At Saucal, we recommend that you use different software systems for different purposes, and keep the connections between them to a minimum. While this sounds counterintuitive and runs against today’s tech philosophy of ease-of-use and integration, remain aware that using only one or two systems and having them connected can pose a significant security risk. If an attacker accesses one software system, they can easily navigate connections to any connected systems.
When you are prompted to update software, do it as soon as you can. Remember, software updates are sometimes patches, and hackers will exploit any vulnerabilities a patch is designed to repair.
Use two-factor authentication
Always use two-factor authentication with a service such as Authy, which dramatically increases your security by requiring that you input a code visible from your mobile or desktop device. Authy codes are sent by SMS or an app that syncs with the website you are accessing. However, my advice is to avoid SMS if possible, because it’s easy to hijack a SIM. An app on your phone is a better choice.
Consider using an app or service that syncs across multiple devices and can even provide web access, such as 1Password. This approach is really useful, because if you lose your phone you still have access via the web. However, you are slightly less secure because you are saving your encrypted passwords in the cloud – which is essentially someone else’s computer.
Be careful when giving site access
Give site access to only those who need it – and you need to trust the people who do have access. For example, someone in customer service doesn’t need to access your eCommerce site. If they want to login, find out why first.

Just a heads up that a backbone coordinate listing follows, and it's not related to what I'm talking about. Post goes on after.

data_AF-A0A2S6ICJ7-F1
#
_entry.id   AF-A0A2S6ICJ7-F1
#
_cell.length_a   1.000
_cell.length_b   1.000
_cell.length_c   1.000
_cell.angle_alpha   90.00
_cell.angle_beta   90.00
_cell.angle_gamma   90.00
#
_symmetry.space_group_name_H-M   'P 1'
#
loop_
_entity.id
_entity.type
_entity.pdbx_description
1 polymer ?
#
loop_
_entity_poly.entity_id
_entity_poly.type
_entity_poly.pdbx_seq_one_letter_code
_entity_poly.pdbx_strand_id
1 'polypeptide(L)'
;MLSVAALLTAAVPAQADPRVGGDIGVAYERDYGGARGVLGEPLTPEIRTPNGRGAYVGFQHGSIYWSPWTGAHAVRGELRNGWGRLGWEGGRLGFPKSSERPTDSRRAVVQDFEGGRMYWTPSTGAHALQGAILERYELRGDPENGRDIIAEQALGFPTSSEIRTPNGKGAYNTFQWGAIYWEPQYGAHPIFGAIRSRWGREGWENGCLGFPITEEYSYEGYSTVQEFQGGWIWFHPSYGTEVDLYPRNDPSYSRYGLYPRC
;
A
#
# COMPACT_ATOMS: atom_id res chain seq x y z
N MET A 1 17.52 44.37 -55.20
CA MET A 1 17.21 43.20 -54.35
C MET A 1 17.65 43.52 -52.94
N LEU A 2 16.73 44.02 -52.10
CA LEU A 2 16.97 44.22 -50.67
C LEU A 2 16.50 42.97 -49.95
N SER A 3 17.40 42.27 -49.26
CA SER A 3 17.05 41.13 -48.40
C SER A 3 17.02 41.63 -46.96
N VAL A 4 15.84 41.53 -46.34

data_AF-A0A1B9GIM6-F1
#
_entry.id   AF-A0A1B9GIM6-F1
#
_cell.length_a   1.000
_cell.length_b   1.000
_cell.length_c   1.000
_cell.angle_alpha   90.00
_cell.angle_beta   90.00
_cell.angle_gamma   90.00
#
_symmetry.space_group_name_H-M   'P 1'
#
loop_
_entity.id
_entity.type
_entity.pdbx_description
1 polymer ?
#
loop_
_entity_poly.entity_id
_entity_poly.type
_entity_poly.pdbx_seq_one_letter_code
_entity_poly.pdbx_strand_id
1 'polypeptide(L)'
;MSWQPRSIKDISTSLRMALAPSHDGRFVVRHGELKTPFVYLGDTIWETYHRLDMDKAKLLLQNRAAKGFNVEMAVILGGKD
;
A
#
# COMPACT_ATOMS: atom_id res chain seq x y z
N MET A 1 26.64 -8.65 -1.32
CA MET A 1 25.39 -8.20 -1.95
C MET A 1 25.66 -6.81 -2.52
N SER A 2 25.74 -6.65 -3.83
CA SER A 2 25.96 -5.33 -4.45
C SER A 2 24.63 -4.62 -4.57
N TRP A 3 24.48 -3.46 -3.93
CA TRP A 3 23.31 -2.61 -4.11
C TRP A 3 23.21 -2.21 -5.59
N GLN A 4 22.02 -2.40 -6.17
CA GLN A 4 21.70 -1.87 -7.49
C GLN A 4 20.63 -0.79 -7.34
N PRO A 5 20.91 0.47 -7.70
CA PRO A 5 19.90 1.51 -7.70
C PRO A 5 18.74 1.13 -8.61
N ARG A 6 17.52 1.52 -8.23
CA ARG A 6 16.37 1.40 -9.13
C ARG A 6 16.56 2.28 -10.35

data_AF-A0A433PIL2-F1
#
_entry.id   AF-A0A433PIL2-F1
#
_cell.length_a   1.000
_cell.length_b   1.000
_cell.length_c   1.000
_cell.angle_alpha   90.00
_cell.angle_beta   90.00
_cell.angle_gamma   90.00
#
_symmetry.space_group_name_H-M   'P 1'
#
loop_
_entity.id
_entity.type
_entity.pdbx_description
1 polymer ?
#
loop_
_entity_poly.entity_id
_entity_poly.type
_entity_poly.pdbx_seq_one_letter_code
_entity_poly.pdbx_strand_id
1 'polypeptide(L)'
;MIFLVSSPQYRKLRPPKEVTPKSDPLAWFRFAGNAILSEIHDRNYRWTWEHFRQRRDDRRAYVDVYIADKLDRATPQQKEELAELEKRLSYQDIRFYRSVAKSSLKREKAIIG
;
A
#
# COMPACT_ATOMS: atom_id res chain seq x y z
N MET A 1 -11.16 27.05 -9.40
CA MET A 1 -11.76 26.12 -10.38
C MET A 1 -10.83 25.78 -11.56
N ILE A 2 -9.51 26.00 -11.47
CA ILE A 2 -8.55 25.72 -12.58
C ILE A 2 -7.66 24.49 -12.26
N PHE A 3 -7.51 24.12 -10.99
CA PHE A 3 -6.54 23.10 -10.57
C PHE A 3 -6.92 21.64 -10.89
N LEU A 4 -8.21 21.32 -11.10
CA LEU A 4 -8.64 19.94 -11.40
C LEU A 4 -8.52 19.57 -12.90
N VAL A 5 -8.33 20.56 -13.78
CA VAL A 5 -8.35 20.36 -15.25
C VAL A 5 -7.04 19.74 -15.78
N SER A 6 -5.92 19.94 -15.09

Use strong passwords
Reset your passwords regularly, and use strong ones, because lame passwords will be the death of you!
People ask me about password managers, but I don’t recommend them if you want an ultra-secure setup. I know they offer convenience and convenience, and they’re good at generating strong passwords, but with password managers you sacrifice security. Always keep in mind that storing your passwords in the cloud can be dangerous, and what are you going to do if they remove access?
Here are my recommendations for password use and storage:
- There is no single right way to manage and store passwords. So develop the most secure system for your business, and combine that with usability.
- Keep a local encrypted copy of your passwords and back it up!
- I don’t recommend this, but I realize that some people want printed copies of their passwords. If this is you, be sure you keep that copy super secure. As said, don’t rely on password managers because they pose a security risk.
- Saving passwords in your browser is a no-no. If your laptop is stolen or hacked, the attacker will have your passwords.